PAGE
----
The European Union proposal drafted by the ruling coalition was
submitted to parliament yesterday to a decidedly mixed reception.
Despite statements to the contrary, the wording of the proposal is almost exactly the same as the draft that was posted on the Ministry of Foreign Affair’s website. It calls for the EU question to be put to a vote in parliament and, if
passed, for a national referendum to be conducted. As mentioned
previously, the proposal makes numerous provisos, especially with regards to sovereignty of fishing waters, sustainable living, and labor
The Social Democrats were naturally pleased with the proposal, as it’s been a long-standing platform of theirs that most of Iceland’s problems can be solved by joining the EU. Conservatives, by contrast, vowed to vote down the proposal outright. Árni Þór Sigurðsson, an MP for the Leftist-Greens, said that he expects his party to vote “in different ways”, adding “There are differences of opinion on this matter within our party”, which is decidedly true – the official Leftist-Green platform is that Iceland would be better off outside the EU, but that they want the matter put to a national referendum. The Progressives were colorful in their opposition, with MP Eygló Harðardóttir calling EU membership “the Social Democrats’ wet dream”.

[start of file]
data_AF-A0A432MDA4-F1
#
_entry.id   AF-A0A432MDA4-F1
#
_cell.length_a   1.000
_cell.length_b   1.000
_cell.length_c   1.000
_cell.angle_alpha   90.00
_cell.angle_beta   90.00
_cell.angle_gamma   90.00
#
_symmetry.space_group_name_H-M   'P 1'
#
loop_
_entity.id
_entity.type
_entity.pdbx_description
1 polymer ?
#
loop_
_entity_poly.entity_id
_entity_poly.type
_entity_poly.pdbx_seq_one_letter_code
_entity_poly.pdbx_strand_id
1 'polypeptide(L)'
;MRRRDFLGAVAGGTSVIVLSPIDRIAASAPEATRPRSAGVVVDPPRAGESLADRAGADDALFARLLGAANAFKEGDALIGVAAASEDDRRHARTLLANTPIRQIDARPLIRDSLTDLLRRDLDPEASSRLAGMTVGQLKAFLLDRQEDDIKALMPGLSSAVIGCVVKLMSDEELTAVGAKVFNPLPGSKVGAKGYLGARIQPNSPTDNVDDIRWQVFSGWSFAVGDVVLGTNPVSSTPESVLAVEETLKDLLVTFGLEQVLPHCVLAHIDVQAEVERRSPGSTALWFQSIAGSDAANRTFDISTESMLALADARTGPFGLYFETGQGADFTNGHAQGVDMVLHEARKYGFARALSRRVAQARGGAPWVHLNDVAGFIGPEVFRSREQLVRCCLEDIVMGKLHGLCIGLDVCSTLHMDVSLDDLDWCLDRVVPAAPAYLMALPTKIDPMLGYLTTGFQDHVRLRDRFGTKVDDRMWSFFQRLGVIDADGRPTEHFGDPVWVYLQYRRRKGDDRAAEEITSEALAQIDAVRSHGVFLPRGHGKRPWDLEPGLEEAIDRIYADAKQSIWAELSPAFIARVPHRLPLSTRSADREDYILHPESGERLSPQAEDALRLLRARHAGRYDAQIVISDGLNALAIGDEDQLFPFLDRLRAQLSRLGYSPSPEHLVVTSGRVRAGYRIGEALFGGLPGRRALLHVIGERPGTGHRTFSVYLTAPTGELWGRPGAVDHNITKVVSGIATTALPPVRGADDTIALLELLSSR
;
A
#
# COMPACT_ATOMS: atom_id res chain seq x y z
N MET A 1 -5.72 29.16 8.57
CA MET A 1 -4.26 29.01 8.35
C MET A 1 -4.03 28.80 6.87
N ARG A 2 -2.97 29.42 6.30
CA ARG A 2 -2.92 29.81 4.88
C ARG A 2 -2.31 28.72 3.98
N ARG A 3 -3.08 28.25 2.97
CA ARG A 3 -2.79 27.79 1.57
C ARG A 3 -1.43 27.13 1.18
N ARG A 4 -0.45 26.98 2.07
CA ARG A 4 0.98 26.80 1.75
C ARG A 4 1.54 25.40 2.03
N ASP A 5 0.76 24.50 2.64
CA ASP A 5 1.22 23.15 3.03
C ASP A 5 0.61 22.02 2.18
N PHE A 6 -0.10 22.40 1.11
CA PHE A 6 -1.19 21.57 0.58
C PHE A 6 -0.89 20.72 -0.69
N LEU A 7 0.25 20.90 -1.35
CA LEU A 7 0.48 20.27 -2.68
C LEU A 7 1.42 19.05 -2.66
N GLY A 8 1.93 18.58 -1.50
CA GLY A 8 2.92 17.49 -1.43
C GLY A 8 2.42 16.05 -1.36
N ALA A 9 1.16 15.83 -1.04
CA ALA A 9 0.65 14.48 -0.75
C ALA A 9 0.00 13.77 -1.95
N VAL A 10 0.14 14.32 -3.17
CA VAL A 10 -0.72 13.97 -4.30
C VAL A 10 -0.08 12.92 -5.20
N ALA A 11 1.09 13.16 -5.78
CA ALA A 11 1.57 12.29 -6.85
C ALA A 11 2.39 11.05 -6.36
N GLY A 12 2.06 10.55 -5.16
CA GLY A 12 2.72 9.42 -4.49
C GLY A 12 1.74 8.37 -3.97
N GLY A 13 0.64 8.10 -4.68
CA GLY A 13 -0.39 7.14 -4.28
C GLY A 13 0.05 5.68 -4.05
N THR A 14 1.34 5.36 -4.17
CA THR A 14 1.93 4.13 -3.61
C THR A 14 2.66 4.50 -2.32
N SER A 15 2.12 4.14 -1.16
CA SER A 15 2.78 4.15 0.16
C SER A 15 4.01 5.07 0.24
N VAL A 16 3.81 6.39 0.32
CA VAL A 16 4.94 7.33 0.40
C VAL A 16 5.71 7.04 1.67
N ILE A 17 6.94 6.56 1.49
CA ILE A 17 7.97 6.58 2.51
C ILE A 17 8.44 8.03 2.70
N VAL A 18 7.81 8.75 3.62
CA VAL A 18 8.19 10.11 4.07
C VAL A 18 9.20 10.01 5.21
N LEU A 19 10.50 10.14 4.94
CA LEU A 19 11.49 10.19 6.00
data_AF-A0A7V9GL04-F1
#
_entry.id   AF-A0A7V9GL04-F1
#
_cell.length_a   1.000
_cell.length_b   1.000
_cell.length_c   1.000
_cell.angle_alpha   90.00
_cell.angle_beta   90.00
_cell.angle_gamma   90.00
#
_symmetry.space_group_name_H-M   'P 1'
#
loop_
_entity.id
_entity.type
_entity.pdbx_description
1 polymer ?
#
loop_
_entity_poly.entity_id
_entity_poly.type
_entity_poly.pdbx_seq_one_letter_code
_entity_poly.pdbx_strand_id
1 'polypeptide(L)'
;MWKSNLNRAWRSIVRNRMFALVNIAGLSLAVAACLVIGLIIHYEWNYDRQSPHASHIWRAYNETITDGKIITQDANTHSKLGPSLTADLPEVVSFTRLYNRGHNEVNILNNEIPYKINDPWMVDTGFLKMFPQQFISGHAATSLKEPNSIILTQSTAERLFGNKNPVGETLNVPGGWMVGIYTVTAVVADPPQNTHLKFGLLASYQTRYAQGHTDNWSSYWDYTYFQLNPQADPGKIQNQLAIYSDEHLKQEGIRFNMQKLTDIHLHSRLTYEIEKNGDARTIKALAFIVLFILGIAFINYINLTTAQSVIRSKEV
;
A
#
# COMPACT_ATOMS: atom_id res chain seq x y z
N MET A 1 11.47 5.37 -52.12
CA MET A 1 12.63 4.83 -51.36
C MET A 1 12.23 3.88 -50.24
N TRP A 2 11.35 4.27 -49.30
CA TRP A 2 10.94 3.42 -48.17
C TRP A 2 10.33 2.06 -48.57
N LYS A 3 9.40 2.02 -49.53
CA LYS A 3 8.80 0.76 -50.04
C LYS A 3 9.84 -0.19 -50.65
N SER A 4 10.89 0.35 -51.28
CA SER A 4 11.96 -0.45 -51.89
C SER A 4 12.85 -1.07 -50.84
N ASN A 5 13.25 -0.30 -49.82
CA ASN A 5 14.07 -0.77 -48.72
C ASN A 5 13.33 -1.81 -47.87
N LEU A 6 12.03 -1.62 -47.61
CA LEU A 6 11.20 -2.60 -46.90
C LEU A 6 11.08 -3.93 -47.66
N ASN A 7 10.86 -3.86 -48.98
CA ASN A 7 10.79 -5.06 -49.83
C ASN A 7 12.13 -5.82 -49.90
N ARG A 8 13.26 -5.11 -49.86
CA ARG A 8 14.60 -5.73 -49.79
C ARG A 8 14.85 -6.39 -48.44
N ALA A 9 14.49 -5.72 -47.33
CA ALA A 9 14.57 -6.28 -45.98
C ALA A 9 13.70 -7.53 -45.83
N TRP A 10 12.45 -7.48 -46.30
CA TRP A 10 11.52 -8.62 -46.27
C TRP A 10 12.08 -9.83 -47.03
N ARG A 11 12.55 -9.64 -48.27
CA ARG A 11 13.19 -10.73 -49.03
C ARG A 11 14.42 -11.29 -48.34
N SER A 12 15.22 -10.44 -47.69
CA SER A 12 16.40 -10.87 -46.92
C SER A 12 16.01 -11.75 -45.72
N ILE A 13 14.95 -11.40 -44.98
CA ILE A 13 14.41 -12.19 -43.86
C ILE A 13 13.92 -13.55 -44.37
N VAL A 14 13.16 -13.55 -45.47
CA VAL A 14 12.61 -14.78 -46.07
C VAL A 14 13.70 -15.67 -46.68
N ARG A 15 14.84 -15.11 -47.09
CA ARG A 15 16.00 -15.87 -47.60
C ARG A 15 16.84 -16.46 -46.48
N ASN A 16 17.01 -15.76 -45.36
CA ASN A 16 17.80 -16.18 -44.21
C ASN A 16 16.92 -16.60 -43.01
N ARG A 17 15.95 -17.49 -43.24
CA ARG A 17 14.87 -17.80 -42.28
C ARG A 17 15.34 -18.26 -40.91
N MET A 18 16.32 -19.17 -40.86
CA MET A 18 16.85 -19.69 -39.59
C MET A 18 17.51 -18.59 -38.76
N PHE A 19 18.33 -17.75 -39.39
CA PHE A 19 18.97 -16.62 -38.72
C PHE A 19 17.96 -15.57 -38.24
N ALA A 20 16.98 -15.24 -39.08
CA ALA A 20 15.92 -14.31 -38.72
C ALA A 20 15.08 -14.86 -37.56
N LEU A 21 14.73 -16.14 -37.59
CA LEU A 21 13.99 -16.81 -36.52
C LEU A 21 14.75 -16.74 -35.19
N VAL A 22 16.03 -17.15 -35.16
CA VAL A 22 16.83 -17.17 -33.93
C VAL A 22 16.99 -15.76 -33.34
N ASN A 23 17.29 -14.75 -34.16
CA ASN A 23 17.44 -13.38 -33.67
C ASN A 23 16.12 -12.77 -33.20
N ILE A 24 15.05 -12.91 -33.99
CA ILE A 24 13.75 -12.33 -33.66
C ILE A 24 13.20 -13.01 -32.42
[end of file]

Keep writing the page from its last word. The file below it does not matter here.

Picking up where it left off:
If the proposal is passed as is, the EU question will be put to a parliamentary vote before going to national referendum. As it is, the majority of parliament favors applying for EU membership, but Icelanders are almost evenly split on the matter.